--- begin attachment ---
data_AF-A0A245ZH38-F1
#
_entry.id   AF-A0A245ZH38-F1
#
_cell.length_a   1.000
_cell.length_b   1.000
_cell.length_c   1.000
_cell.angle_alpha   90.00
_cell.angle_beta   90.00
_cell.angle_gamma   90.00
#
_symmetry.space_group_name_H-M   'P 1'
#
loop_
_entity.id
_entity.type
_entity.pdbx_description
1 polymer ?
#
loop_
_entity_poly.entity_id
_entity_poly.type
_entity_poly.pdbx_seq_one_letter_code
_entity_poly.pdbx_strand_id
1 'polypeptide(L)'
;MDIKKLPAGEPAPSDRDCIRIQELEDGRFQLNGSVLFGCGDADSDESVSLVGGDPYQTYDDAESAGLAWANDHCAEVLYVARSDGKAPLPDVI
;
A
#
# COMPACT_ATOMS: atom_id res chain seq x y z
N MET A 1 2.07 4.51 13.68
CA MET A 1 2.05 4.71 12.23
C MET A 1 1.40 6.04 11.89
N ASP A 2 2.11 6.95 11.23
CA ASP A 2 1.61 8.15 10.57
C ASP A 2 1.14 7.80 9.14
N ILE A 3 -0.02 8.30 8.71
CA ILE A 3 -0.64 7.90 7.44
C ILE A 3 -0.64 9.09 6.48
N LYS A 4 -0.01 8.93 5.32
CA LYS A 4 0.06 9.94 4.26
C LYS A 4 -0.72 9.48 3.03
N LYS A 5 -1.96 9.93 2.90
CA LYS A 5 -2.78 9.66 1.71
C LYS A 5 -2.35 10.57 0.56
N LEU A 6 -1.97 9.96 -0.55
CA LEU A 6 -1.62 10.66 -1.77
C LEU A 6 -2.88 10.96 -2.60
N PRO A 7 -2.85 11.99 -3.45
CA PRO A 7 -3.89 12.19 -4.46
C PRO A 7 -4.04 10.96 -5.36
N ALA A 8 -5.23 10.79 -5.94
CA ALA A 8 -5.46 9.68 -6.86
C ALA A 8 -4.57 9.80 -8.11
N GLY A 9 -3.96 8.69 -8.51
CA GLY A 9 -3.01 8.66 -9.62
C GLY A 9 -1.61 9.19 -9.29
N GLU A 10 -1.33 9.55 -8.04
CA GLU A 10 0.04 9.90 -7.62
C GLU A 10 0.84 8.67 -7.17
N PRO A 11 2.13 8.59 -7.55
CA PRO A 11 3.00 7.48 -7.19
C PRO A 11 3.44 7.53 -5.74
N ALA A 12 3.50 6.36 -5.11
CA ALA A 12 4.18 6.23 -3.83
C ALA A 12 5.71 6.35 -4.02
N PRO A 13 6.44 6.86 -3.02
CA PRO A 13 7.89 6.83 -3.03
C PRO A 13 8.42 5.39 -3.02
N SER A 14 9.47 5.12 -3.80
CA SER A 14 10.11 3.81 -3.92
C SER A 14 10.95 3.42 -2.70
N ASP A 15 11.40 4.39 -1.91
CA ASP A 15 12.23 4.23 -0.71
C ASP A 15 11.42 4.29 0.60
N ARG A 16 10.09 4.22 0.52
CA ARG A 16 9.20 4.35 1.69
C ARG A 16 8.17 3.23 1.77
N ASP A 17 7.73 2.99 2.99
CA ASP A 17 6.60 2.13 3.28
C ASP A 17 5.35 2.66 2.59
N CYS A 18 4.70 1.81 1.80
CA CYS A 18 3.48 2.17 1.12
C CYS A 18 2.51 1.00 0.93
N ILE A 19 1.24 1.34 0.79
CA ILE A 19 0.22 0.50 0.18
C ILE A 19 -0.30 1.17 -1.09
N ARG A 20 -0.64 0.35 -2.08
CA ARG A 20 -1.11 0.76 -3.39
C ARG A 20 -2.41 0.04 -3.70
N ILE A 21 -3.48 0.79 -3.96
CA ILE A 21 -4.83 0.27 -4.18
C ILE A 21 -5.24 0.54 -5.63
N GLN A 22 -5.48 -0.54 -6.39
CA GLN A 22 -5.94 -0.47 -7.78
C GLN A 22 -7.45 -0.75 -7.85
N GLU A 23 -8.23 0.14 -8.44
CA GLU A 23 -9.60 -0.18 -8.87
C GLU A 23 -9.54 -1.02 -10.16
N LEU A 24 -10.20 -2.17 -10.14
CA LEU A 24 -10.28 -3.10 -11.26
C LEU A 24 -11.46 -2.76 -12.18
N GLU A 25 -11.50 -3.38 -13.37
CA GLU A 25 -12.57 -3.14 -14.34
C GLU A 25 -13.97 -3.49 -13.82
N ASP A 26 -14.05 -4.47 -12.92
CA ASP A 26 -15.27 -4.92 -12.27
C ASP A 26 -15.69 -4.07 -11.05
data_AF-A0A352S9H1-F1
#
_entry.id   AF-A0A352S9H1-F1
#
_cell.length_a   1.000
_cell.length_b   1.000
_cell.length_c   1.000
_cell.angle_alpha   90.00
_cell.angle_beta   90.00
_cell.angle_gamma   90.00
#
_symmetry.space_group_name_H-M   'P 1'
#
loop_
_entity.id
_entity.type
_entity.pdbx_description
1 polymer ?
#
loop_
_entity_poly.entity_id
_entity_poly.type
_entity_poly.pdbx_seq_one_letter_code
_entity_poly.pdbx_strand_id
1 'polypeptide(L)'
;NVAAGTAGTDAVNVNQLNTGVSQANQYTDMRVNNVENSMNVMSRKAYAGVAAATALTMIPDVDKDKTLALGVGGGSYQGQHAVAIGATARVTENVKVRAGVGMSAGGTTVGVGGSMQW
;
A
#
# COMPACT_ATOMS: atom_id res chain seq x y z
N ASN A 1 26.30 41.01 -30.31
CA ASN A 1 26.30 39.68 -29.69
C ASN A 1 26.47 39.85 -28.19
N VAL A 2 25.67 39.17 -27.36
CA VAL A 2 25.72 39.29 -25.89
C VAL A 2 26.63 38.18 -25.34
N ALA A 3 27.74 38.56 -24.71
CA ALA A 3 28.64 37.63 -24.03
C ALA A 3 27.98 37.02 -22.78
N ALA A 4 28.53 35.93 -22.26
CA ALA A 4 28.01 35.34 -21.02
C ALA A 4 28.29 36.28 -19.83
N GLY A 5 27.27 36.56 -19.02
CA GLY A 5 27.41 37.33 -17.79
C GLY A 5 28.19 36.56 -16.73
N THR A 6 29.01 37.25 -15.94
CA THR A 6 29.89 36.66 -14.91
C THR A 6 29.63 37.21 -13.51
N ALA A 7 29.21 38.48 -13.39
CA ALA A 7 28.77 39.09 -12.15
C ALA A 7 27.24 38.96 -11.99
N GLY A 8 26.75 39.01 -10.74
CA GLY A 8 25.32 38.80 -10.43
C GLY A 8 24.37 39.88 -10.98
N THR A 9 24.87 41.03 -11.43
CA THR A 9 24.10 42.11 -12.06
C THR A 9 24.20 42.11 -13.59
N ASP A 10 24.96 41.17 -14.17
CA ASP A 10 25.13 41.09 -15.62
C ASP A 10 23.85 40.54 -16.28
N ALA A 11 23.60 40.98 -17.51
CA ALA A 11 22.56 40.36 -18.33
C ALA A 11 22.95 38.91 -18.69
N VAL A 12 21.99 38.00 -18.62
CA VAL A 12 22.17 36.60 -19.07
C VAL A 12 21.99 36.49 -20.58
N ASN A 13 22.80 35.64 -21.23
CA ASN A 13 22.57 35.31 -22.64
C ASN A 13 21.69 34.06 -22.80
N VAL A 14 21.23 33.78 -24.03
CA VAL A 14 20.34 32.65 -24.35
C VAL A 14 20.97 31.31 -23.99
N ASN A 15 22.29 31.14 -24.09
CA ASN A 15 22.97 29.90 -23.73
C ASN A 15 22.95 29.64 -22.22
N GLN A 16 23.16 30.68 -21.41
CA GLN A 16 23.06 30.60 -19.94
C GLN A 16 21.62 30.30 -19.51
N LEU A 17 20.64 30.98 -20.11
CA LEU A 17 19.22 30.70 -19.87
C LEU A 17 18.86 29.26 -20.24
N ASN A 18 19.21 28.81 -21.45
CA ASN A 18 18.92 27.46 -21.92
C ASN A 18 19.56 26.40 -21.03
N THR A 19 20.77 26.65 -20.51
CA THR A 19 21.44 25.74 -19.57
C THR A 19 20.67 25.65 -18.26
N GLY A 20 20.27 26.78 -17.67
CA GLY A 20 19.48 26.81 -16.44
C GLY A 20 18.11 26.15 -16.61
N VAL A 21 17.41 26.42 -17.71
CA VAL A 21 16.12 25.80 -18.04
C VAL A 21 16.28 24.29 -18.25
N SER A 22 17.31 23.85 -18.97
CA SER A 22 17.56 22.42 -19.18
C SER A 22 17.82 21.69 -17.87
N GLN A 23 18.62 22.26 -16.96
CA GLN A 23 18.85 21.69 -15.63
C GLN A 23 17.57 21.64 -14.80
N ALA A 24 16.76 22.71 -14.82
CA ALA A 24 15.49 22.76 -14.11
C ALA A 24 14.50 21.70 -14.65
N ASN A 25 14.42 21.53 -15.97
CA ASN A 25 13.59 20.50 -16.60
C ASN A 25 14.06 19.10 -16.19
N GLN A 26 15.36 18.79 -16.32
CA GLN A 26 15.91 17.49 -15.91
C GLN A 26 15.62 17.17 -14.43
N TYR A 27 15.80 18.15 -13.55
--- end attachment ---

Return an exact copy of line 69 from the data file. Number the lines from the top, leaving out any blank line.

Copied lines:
C PRO A 13 8.42 5.39 -3.02